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At a glance

Congenital or acquired coagulation disorder resulting in a widespread thrombotic tendency. Protein S is a nonenzymatic, vitamin K-dependent cofactor of activated protein C. It is either inherited or acquired (liver disease, Nephrotic Syndrome, systemic lupus erythematosus, pregnancy, and disseminated intravascular coagulation).

Synonyms

Protein S alpha Deficiency; Protein S Pseudogene; Purpura fulminans.

History

Protein S deficiency was first identified in 1979 in Seattle, United States, and arbitrarily named after the city of this discovery.

Incidence

Mild protein S deficiency occurs in approximately 1:500. The severe form (neonatal fulminans purpura) is extremely rare.

Genetic inheritance

Autosomal dominant inheritance.

Pathophysiology

Thrombophilia due to protein S deficiency is caused by a heterozygous mutation in the gene encoding protein S on chromosome 3q11.1. Protein S is a vitamin K-dependent plasma protein that inhibits blood clotting by serving as a cofactor for activated protein C. Protein S exists in two forms in plasma: the free, functionally active form (40%) and the nonanticoagulant form complexed with C4-binding protein (C4BP). The anticoagulant functions of protein S are cofactor to activated protein C in regulation of FVa in prothrombinase complex, cofactor to activated protein C in regulation of FVIIIa and direct activated protein C-independent inhibition of prothrombinase complex.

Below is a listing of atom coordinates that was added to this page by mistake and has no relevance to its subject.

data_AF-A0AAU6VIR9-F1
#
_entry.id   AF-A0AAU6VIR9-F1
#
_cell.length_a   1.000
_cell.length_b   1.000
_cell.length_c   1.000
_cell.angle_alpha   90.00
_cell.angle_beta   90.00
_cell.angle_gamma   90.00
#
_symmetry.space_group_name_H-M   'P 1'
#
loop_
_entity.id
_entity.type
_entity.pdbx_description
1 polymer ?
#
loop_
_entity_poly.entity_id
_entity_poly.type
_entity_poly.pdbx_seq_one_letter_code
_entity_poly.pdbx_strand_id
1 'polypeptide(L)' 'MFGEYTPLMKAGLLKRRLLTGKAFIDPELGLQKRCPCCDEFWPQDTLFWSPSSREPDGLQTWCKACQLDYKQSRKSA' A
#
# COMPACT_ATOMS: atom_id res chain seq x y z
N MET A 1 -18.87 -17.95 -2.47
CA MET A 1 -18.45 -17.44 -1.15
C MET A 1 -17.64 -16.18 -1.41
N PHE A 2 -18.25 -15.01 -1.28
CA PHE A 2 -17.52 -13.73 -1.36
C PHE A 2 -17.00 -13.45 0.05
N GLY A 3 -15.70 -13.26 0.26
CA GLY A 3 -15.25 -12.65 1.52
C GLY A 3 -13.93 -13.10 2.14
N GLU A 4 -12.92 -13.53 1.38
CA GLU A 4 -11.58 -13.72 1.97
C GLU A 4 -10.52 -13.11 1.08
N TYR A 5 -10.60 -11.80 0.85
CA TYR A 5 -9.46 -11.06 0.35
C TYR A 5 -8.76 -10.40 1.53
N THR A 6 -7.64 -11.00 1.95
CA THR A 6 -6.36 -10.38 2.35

Diagnosis

Familial history of thromboembolic events at a young age. Low plasma protein S concentrations.

Clinical aspects

Deficiency of Protein S manifests as severe recurrent thromboembolic disease (leg vein thrombosis, pulmonary embolism, superficial thrombophlebitis, and thrombosis in uncommon sites—axillary, mesenteric, and cerebral veins). While patients with homozygous deficiency present as neonatal purpura fulminans, those with heterozygous forms (30-60% of normal) manifest later with venous and, more rarely, arterial thrombosis.

Precautions before anesthesia

Protein S deficiency does not cause abnormalities in the routine screening coagulation tests; a high index of suspicion is necessary in case of familial or personal history of thrombotic events at a young age and in patients at risk for acquired protein S deficiency (eg, Nephrotic Syndrome). Preventive measures, such as low-molecular-weight heparin to prevent deep venous thrombosis, should be instituted before operation and continued postoperatively until the patient is ambulant. Initiation of oral anticoagulation therapy without antecedent heparin therapy is fraught with risks of worsening of thrombotic tendencies. Consult with hematologist. Detailed evaluation of the cardiac and cerebrovascular systems. Investigations: Full blood count, clotting studies including thromboelastography, protein S concentrations.

Anesthetic considerations

If a locoregional anesthetic technique is used, the timing of its performance (and of the withdrawal of the catheter) should be adapted to the timing of low-molecular weight heparin therapy. Use heparin-bonded central venous catheter to reduce the risk of central venous thrombosis. ...

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